Updated Nov. 25, 2:08 AM: Dozens of Boston College students—including many members of the Black Student Forum—marched across campus Monday night, and gathered in front of Boston College Police Department headquarters to protest the grand jury decision tonight not to indict Ferguson officer Darren Wilson.
Protesters agreed to gather outside Corcoran Commons at 10:45 p.m. after receiving news of the verdict from Ferguson. The group’s organizers contacted friends via text message and social media to gather, choosing the 10:45 meeting time to symbolize the four and a half hours Ferguson teen Michael Brown’s body lay in the street.
As the group moved from Lower Campus to O’Neill Library, its numbers grew. The protesters eventually made their way from McElroy Commons, through the Quad, and down the Million Dollar Stairs to ultimately settle in front of the BCPD headquarters just before midnight.
More video of BC students protesting tonight’s Ferguson decision. A video posted by The Heights (@bcheights) on
There, leaders of the protest—among them, Black Student Forum general member Lakeisha St. Joy, A&S ’15—spoke out against the injustice they believed occurred through the federal grand jury’s decision not to indict Wilson over the shooting of Brown on Aug. 9.
“Tonight we are not discriminating just because it’s BCPD, because all police is the same police, amen,” St. Joy told the group that had gathered. “The duty of the police is to protect and serve.”
BCPD declined to comment, and University Spokesman Jack Dunn was unavailable for comment late Monday night.
University police officers slowly followed the group of protesters as they moved across campus, and stood off to the side of the cluster of protesters on Campanella Way. A BCPD vehicle was also stationed in O’Neill Plaza.
BC students in front of BCPD. A video posted by The Heights (@bcheights) on
Some students wore t-shirts with the phrase “Black Lives Matter”—widely adopted by Ferguson protesters across the country tonight—and carried signs with the slogans that they chanted. Speakers also encouraged others to wear all black on Tuesday and attend a protest scheduled for Tuesday night at 7 p.m. in front of Boston Police Department (BPD) Headquarters in Roxbury.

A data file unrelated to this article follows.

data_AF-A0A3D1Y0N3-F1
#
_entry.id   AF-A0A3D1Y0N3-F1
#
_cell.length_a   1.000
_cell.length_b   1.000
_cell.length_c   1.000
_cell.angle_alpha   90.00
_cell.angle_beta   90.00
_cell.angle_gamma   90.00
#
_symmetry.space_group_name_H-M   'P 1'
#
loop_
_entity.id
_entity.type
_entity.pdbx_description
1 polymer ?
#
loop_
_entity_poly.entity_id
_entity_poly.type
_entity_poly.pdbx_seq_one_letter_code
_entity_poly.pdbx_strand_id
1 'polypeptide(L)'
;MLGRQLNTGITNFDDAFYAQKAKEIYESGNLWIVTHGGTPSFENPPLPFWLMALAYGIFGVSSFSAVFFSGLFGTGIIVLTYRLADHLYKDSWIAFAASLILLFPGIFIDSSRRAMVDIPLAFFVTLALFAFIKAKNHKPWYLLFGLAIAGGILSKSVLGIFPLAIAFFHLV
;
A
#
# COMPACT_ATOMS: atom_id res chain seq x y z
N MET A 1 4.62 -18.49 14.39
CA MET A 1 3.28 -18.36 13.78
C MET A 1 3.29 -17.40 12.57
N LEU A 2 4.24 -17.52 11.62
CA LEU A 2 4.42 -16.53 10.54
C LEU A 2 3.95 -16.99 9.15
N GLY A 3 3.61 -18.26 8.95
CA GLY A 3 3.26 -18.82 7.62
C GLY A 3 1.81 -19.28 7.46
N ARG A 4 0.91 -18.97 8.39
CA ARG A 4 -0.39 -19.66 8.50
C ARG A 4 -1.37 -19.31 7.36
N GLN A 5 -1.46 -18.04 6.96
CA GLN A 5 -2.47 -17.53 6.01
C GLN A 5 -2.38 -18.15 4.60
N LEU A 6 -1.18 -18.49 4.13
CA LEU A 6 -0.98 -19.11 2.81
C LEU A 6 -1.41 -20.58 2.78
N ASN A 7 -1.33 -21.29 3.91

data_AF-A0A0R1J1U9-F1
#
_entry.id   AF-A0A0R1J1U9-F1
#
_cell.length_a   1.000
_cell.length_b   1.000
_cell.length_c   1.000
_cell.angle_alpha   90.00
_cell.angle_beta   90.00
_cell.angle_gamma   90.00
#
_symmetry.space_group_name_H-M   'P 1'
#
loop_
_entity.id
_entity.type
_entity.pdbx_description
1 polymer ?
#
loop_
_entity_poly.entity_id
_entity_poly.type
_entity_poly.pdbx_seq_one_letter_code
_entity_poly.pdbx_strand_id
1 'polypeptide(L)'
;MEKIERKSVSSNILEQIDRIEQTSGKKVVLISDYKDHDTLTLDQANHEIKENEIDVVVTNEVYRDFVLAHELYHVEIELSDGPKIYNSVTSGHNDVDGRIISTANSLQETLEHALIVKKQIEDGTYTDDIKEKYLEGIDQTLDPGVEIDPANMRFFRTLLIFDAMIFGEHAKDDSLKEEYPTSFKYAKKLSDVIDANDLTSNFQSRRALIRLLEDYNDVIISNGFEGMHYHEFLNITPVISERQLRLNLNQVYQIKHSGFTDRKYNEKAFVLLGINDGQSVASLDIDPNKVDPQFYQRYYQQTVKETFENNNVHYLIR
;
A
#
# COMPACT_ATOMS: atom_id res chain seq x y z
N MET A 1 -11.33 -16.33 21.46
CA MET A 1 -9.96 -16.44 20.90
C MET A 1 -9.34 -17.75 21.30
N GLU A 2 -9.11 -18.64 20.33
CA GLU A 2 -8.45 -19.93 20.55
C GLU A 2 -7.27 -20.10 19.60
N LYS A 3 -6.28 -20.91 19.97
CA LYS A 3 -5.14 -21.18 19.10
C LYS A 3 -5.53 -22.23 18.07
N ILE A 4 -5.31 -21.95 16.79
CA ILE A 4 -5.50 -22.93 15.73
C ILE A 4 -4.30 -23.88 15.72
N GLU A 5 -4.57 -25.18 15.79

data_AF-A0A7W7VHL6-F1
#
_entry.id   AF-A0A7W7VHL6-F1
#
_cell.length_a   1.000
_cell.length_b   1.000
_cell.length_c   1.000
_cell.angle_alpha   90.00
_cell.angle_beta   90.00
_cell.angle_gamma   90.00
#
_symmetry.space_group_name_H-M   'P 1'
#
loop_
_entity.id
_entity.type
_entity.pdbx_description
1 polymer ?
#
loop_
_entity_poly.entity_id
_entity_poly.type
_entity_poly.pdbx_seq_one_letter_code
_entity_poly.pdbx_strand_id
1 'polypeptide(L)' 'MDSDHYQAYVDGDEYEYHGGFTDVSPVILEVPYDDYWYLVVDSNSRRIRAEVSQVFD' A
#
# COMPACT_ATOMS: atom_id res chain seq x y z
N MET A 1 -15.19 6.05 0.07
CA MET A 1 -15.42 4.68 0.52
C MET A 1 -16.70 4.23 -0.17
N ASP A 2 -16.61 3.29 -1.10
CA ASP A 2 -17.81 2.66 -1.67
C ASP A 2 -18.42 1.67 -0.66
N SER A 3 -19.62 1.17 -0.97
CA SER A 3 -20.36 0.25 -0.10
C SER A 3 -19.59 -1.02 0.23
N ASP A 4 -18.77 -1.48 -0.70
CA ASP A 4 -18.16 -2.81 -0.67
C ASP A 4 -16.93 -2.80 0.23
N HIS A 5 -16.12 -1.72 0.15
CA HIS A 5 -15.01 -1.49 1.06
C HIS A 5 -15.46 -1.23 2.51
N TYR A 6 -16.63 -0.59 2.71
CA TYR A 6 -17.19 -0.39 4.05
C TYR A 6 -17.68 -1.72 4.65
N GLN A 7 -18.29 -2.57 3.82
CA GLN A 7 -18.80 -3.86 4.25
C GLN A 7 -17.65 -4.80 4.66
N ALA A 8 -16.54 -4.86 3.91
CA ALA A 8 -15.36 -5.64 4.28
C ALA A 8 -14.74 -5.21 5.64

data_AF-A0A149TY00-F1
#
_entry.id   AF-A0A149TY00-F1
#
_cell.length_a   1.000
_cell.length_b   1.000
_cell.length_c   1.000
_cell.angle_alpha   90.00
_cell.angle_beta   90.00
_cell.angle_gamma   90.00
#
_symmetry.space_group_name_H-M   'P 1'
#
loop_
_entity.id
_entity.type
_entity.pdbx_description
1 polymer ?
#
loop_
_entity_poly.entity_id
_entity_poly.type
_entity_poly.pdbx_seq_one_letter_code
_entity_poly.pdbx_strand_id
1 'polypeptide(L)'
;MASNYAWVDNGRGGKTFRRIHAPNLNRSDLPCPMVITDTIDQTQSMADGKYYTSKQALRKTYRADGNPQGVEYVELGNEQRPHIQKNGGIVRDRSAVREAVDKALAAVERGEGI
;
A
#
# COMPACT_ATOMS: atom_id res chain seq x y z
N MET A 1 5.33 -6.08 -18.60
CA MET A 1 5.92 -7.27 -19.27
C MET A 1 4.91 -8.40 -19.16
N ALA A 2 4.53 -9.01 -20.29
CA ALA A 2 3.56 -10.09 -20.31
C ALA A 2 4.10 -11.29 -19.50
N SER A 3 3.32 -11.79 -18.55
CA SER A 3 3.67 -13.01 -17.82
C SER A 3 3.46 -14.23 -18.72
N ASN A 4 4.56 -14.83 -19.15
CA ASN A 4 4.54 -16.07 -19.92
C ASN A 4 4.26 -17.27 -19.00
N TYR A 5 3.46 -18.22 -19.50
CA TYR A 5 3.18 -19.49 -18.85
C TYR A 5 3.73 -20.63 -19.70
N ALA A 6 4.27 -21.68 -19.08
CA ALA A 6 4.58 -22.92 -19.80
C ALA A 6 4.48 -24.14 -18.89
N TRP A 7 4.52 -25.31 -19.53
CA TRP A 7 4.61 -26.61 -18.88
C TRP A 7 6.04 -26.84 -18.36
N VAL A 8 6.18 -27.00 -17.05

“All the chants we’re saying are something from the past, this is nothing new,” St. Joy said.
Quoting Assata Shakur—a black activist, escaped convicted murderer, and member of the Black Panther Party from the 1970s—protesters chanted, “It is our duty to fight. It is our duty to win. We must love and protect each other. We have nothing to lose but our chains.”
“The only thing we should be fighting for is happiness, not fighting for our lives, not fighting not to be killed,” said Jasmine Jemeison, A&S ’15, one of the students who organized the protest.
St. Joy described how the protest formed spontaneously as the night progressed, and indicated that it was not the result of strategic planning.
After leaving the Multicultural Christian Fellowship Thanksgiving dinner, St. Joy said she and several others heard the verdict and decided to go to BCPD headquarters to voice their concern.
“I asked them, ‘What is your duty? What is your purpose? What is your duty? Do you feel like you’re dutifully committing your duty? Because I don’t think so,’” St. Joy said.
She also said that no other formal events were planned at the time, aside from encouraging people to attend the protest at BPD headquarters.
“The goal of tonight is to verbally express our anger and our feelings of the black community, not only the black community, but all those who feel in solidarity with us,” St. Joy said. “The goal of tonight is to express how we’re feeling, to let go of the anger and frustration, the natural and justified frustration of tonight. The goal of tonight is to take a step forward, to let the world and BC’s campus know that more is coming. This is not it, this is merely just a first step.”
Protesters expressed concern that some people on BC’s campus do not think the events in Ferguson are their issue, believing that they are protected by attending BC.
“All of what you see tonight is people seeing something that they believe in and joining in,” St. Joy said. “There was no strategic planning, it was just people—angry and ready to express how they feel on campus—because that is our First Amendment right and a college campus was where protest riots were conceived. BC is lacking that and tonight we’re bringing it back.”
Featured Image by Emily Fahey / Heights Editor. Videos provided by Mike Keefe and Abby Sirus.